Giving Back - [Howto]: Gapless audio on PWD II with Bridge


I have had the Bridge installed in my PWD II for almost two weeks now, and for me setting it up (without a glitch) was straightforward. Thing is, I’ve worked in the tech industry for almost 20 years, and have a solid understanding of networks, and operating systems etc. I realized, that someone without a technical background in computer science or IT would likely find much of this networking audio stuff a challenge.

It has been said on these (and other forums) that a requirement for stable audio streaming is in fact a robust network – and my experience aligns with that statement.

Even prior to the arrival of the bridge, while experimenting with DLNA / uPNP between two servers, there were several issues. Random dropouts, 3-4 second gaps between songs… So, in light of all the flack (no pun intended) against the Bridge, there is allot one can screw up with their home networking and software configuration that will net a less- than-positive experience when going the Ethernet to DAC route.

I decided to write this article to provide an easy means for folks on the windows platform a how-to, to get gapless working on the current version of the Bridge. I was able to do this by finding bits-and-pieces of information scattered across the net, plus listening tests, and playing around for the past couple of weeks.

In this article, I will refer to the bridge as the renderer, and the Foobar player as server.

The Network:

Regardless of what Internet provider you use, ensure that your server and renderer are connected to a dedicated switch or router. Even if your Internet provider provides a modem-switch combo router, ensure you have a dedicated switch for your server, renderer, and wifi. If the Internet provider provides an all-in-one modem with wifi, I would still go out and by a “wireless router” from one of the following vendors:

For Wifi, switch, and router, my favorite is the new Asus routers:

- Asus AC1900 RTAC68U dual band wireless router (this is the fastest wireless router on the market at the moment. I use one, and get excellent wireless signal strength throughout the house without any droupout, or dead zones:

- Check out the Asus web page for additional information:

- Other brands with great offerings are NetGear, TP-LINK and D-Link

If you are just looking for a wired switch:

- Cisco 8-port unmanaged gigabit switch: Cisco SG100D-08 (

- D-Link 8-port gigabit switch: (D-Link DGS-108):

I have Internet through my cable provider. They install a cable modem, which also serves for my phone. I use an HP 48 port commercial gigabit managed switch (way overkill for this), but my whole home is wired with gigabit. Good deals can be found on Ebay for these switches used (which is how I bought mine).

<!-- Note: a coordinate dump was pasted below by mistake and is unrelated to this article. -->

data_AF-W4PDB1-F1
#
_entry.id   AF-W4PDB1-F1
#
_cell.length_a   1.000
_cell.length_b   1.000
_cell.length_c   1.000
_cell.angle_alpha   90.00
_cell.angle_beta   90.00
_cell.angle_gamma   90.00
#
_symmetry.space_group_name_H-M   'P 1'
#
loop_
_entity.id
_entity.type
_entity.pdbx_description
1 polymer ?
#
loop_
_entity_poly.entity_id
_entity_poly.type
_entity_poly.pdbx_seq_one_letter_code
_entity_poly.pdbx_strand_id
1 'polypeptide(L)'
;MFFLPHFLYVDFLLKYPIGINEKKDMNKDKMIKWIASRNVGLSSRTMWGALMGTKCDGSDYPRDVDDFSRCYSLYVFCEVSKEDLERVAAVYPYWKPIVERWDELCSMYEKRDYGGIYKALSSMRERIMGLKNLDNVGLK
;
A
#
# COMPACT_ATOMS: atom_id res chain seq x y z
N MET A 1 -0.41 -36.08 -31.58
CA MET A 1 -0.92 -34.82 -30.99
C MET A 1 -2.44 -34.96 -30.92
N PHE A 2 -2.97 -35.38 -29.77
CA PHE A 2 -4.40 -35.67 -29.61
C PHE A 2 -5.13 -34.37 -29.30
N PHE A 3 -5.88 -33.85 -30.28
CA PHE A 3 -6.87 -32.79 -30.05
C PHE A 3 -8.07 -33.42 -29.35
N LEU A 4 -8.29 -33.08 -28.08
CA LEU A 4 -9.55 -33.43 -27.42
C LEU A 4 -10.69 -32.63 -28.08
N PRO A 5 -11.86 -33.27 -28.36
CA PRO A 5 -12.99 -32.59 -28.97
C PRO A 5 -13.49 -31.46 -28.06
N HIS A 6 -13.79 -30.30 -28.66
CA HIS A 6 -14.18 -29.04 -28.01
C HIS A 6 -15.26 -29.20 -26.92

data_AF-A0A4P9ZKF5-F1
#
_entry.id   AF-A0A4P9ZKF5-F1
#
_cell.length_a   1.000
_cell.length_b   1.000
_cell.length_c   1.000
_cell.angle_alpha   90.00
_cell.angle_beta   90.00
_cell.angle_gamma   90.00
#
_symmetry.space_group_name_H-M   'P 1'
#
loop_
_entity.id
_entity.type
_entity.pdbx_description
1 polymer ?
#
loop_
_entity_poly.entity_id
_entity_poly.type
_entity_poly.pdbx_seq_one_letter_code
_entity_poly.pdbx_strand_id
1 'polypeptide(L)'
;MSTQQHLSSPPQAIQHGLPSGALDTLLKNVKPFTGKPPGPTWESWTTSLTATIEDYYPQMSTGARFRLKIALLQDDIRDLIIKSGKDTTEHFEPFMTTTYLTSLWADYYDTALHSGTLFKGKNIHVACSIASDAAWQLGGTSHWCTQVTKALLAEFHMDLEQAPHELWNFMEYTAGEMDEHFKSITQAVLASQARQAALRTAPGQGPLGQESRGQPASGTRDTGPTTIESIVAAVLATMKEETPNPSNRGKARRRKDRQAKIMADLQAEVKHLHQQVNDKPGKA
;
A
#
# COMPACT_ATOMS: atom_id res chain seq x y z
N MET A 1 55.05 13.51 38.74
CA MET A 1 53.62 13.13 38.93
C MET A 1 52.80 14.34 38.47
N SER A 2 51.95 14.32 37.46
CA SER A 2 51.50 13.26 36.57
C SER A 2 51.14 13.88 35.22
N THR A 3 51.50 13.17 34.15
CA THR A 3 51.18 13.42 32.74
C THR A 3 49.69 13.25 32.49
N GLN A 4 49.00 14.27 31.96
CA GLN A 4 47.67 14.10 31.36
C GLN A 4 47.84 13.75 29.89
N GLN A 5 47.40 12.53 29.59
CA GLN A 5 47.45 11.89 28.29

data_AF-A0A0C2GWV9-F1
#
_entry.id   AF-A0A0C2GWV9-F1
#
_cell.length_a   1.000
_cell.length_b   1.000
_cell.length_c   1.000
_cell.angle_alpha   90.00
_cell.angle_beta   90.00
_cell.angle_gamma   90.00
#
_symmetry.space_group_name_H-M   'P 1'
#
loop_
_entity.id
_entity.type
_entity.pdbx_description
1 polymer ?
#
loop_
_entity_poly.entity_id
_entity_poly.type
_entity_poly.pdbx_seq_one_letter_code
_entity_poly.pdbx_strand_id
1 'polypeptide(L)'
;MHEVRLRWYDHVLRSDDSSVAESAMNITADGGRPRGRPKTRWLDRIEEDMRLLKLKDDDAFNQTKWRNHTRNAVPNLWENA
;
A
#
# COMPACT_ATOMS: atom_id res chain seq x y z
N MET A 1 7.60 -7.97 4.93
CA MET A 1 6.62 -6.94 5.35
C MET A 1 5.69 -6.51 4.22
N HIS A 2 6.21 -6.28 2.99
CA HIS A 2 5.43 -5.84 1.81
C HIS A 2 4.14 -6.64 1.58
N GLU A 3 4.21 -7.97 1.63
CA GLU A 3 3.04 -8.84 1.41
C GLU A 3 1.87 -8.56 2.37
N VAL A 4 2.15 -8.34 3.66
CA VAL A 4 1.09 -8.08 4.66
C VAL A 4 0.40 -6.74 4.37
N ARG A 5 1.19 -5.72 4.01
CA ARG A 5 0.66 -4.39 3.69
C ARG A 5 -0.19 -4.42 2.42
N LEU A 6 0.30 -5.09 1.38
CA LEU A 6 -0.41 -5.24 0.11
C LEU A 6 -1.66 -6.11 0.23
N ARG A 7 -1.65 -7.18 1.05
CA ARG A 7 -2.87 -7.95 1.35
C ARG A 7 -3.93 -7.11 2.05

In my home, Wifi and routing to the Internet is done through the Asus AC1900 RTAC68U – yes they are a bit pricey, but in a two-story home, I get coverage everywhere throughout the home – even in the garage and back deck :slight_smile:. Other than an Ethernet connection between the Asus and HP 48 port switch, nothing else is connected to the Asus. It is my default gateway out to the Internet and is connected on the WAN side to the cable modem.


No need to spend $$$ on fancy “audiophile” network cables – however, it is important to buy good, shielded, well made Ethernet cables. There is allot of junk labeled as CAT 7, or CAT 6, that won’t pass a CAT5e certification testing.

Blue Jeans Cable makes excellent, well tested CAT6 / 6a Ethernet cables. They also test each one, and provide test results with each cable:

There are also some excellent makers of bulk-cable available at your local computer store – ask your local computer dealer for Ethernet cables with certification testing, and you should never have an issue with Ethernet wiring.


In my home, my media server is a custom made PC configured around the latest Intel i5 processor @ 3.4GHz. The case is aluminum (made by Fractal Designs), well damped with products from the following vendors:

Mechanical damping:

As well as Dynamat Extreme:

EMI / RFI shielding by Stillpoints ERS Fabric (yes this stuff works good):

The server sits on a two inch maple butcher block, and black-diamond-racing cones pointing upwards towards the base of the server, in a server rack in a different part of the basement from the main stereo.

Optional config: My media server has two network cards. This is a more advanced method to connect to a bridge, and may not be possible in some installations.

One network-card is dedicated to a separate network that connects the media server directly to the bridge. I use CAT6 cabling made by Blue Jeans, as well as a crossover adapter:

The second network card is connected to my HP switch, and is visible to my home network and WiFi.

Note: each of these two networks are class-c networks, but they are different networks. Because we will be controlling the media server directly, and not relying on a DLNA control point, the wi-fi network does not have to directly be visible to the PWD (in my setup where my media server has two network cards). The media server must be able to see the PWD, and this is easy to test by pinging the network IP address of the bridge from the media server.

In a traditional single network setup, the wifi controller must absolutely be able to see the bridge.

Do not use DHCP on the bridge – it is easy enough to set a dedicated IP address on the bridge, in a two-network configuration the only two devices on that second network are the PWD DAC, and the media server. You do not need a default gateway, because there is no router involved, and the bridge will not need to talk on any other network.

So in my network, my bridge (or media renderer) has an IP address of, subnet mask of The media server has an IP address of, and a subnet mask of

Single Network (traditional setup): The two-network configuration is not required to make the bridge work in gapless mode, you can alternatively connect the bridge to your switch and assign it an IP address on your network. If your router or cable modem assigns IP addresses via DHCP (which it likely does) – it is important to reserve an IP range for DHCP, leaving everything else open for hard-coded IP addresses. So if your home network is 192.168.1.x and class C, you can configure your router to use – for DHCP addresses. Using this example, your router (or default gateway would likely be assigned an IP address of, with a subnetmask of Once a DHCP reservation is set – you could then set the PWD bridge to (using this example). Note: you would not need to set a DHCP reservation if you are doing the two-network setup